Everett is worth stopping in to catch a hockey game at their new rink (home of the WHL Silvertips) but not oozing with culture (that i’ve found anyhow – please correct me as needed). Of course, Seattle is next but you’ve already visited there right? If you find yourself stranded in the Emerald city – step away from the train station and go to the crazy Experience Music Project – the weird looking building next door to the Space Needle for rock n’ roll history adventure (and a beer inside). It’s easy to find a solid pint but some maximum pleasure, head to the neighbourhood of Ballard, find a bar, tell them you are from Canada and let the wild rumpus begin as they treat you like a foreigner from somewhere exotic. (Hint: Find a Hale’s Cream Ale).
If you happen into Tacoma, avoid the industrial aroma and instead visit the stellar glass art museum (Dale Chihuly is a local hero) and find a bar called The Swiss – from which you might never leave.
Washington’s capitol city (the town Time Magazine called the hippest in the west + High Times bestowed additional dubious accolades) is Olympia. The station is located way out of town (in Lacey) and not handy to get into downtown but worth the trip if you can hang for a while. With artesian acquifers wells producing perfect brew water, Oly is famous for beer. Now the tradition has migrated from mass production of swillable stubbies to organic Fishtale Ale. In their intrepid Fish Bowl pub, you’ll spot grey ponytails plotting Cascadian secession or just eating fish tacos or a ploughman’s platter.
Wander a couple blocks down to 4th and find the Eastside Club Tavern – a real life Mos Eisely cantina with 30+ micro handles and a sweet jukebox (say hi from Uncle Weed). Then step next door for frog leg lunch from Cajun chef Billy at A2 and wander down the street to browse the eclectic Last Word Books. Finish with live music at a handful of bars or an art house flick at Capitol theater for a perfect day out. Can’t stop? See the Go with the Flow movie instead.
The next wide spot south is Chehalis and Centralia, but which i can never figure out which is which – just check your map and make sure to stop at the new Dick’s Brewery. Sadly, Dick “Danger” Young rode his Harley to the big party in the sky in 2009 but leaves legacy of 20+ brews. My faves in order: 1) Belgain Double; 2) Danger Ale; 3) Irish Ale; 3) Cream Stout; 4) Workingman’s Brown. If you are feeling dangerous (which you are since you are riding the train), try ’em all to find your fave.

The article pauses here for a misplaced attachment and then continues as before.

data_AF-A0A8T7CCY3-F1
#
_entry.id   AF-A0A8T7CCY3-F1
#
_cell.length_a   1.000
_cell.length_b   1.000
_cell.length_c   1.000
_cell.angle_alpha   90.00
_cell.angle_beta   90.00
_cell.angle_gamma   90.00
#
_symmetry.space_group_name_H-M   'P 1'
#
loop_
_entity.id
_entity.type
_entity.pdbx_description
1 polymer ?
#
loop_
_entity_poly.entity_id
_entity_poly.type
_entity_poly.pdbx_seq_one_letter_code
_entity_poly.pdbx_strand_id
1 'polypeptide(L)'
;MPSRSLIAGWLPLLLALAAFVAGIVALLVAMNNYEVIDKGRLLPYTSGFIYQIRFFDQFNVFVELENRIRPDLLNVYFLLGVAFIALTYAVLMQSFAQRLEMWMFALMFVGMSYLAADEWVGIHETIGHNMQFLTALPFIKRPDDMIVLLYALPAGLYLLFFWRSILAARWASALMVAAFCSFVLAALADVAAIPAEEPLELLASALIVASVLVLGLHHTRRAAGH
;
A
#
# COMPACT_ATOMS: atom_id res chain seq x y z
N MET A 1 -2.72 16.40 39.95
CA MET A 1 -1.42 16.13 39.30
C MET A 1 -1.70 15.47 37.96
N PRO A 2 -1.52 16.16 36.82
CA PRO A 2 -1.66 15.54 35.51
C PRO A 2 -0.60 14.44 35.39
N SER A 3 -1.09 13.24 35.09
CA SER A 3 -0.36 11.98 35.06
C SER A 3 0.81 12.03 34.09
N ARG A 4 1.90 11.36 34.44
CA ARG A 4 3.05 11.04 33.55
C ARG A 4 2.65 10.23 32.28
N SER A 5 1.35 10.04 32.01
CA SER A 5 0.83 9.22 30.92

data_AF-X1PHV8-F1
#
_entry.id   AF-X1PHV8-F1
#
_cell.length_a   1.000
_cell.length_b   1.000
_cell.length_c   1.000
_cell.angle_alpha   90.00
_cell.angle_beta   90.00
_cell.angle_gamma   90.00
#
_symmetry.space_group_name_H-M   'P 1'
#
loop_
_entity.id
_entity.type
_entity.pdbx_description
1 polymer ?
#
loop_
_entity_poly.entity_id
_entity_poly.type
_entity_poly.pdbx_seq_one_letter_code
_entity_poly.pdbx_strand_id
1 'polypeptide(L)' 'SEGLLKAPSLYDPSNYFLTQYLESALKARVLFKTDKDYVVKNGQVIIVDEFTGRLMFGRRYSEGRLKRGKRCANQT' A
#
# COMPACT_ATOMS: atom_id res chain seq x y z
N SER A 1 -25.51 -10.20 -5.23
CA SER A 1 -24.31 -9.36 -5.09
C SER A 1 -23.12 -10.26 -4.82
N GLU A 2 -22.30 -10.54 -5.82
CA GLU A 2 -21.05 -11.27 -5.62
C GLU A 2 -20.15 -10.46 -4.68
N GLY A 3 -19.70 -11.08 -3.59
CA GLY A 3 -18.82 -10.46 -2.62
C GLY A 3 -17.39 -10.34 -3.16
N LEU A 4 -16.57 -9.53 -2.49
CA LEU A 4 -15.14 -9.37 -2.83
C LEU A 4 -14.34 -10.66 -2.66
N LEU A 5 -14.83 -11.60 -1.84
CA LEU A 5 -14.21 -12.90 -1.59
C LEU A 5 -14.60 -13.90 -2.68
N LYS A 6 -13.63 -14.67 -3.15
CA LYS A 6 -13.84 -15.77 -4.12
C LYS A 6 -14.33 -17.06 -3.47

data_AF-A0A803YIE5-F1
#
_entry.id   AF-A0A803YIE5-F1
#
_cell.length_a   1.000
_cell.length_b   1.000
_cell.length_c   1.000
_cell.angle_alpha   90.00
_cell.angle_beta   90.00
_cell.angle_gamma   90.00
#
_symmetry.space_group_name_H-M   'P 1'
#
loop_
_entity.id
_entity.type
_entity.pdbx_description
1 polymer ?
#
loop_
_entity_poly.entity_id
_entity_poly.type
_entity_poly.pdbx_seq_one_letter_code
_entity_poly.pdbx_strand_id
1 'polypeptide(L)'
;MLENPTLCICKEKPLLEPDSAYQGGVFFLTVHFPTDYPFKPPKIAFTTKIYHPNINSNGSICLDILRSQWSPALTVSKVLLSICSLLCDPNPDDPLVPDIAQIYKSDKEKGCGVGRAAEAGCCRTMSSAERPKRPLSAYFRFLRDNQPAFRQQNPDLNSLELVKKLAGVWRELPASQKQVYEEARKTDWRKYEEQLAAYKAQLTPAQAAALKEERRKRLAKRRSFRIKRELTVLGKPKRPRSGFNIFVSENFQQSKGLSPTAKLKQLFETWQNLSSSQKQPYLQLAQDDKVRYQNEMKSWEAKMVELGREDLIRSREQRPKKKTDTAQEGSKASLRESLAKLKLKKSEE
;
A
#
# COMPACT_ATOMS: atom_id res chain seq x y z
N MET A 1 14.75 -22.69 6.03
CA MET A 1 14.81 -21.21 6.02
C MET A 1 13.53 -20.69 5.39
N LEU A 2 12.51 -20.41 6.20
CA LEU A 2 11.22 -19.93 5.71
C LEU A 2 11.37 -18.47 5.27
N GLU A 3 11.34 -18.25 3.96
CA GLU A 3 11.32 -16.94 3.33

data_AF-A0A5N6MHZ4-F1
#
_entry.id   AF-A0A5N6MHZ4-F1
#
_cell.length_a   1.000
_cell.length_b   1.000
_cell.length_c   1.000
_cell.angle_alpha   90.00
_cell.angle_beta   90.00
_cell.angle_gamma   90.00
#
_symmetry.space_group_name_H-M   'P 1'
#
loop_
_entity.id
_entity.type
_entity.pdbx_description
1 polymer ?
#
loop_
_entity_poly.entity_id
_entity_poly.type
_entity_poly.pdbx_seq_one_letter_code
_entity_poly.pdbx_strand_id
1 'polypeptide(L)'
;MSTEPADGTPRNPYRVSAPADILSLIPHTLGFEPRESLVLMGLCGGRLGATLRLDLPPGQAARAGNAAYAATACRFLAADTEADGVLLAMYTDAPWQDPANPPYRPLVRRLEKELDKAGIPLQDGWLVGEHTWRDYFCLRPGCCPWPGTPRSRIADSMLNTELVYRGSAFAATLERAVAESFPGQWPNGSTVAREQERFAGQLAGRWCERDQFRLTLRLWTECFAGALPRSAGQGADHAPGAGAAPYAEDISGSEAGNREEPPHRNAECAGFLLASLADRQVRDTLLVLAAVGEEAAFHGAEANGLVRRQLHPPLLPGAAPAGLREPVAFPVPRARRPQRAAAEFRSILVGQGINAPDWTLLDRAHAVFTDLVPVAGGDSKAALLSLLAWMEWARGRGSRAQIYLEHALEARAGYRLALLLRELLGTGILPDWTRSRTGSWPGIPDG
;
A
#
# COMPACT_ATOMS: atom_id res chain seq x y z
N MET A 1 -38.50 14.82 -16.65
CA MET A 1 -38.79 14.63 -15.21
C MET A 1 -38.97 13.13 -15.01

This old logging town is a fine place to end up your trip as there is a McMenamin’s old-timey hotel called the Olympic Club (wait! isn’t that name illegal somehow ;-)) where a bank robber holed up and you can too.
Continuing on? Good, just roll right past the older, but less shiny, (Fort) Vancouver as you’ll get confused and think you are home. Instead, cross the mighty Columbia and embark into fantasy land for beer aficionados (and enthusiasts of no sales tax), Portland.
Beside the neatest bar you’ve ever seen on every block, Portand has stellar street markets, great dim sum, more cool McMenamin’s retro-hotels (try the Kennedy School) and theaters (like the Baghdad). In fact, with great transit (light rail hurrah!), “exotic show lounges” and cannabis clubs, PDX feels more like Canada than Canada sometimes.
Not enough? The end of this line is Eugene – the spiritual home of hippies and athletes alike. I can’t talk about Eugene without a Grateful Dead concert flashback so I’ll spare us both before i begin rambling about that show with Little Feat and the blotter paper…
That’ll do ya – you’ve gone far enough. If not, repeat the visits on the way back up. Of course, you can’t get all of these into one trip so pick a few stations and make a long weekend (or play hooky while you “work from home”) to make the circuit count.
Load em up
While Amtrak soldiers on – buoyed by Obama’s fresh visions – Canada keeps doing it like they’ve done since the trains were new. I’ve rolled the fine style and liesurely pace of the Queen’s own VIA Rail in fancy “Silver and Blue” style with my sweetie through the Rocky Mountains – the views were stellar but my indoor observations do not bode well for the future as we musta been the only ones under 65 on the train (aside from a few young families).
All good though, there was a bar serving Caesars on-board (and we ended up partying with the train staff in a Jasper bar) – but for the cost of the ticket, seems like you could drive an RV to Newfoundland. How VIA ended up this expensive when most the trains were made in 1950s I don’t know. How do other countries manage? And not just Japan and Germany, Russia has trains too – I’ve seen them in Dr. Zhivago.
What’s missing from rail service on this continent isn’t speed, it’s the ability for spontaneous travel encouraging relaxation, reflection and conversation. Further, there is a public desire to reduce carbon emissions and contribute in some way to the greater good with a greener-ish footprint – but we all need a way to travel to see Grandma on the holidays without causing air-travel-like pollution (especially since we humans must self-regulate after Copenhagen’s implosion). I think more trains are part of the answer, but for now… I’m rolling on with what we got – even if the rest of the world chuckles. Are you coming along? Good, you can buy me a pint of Danger.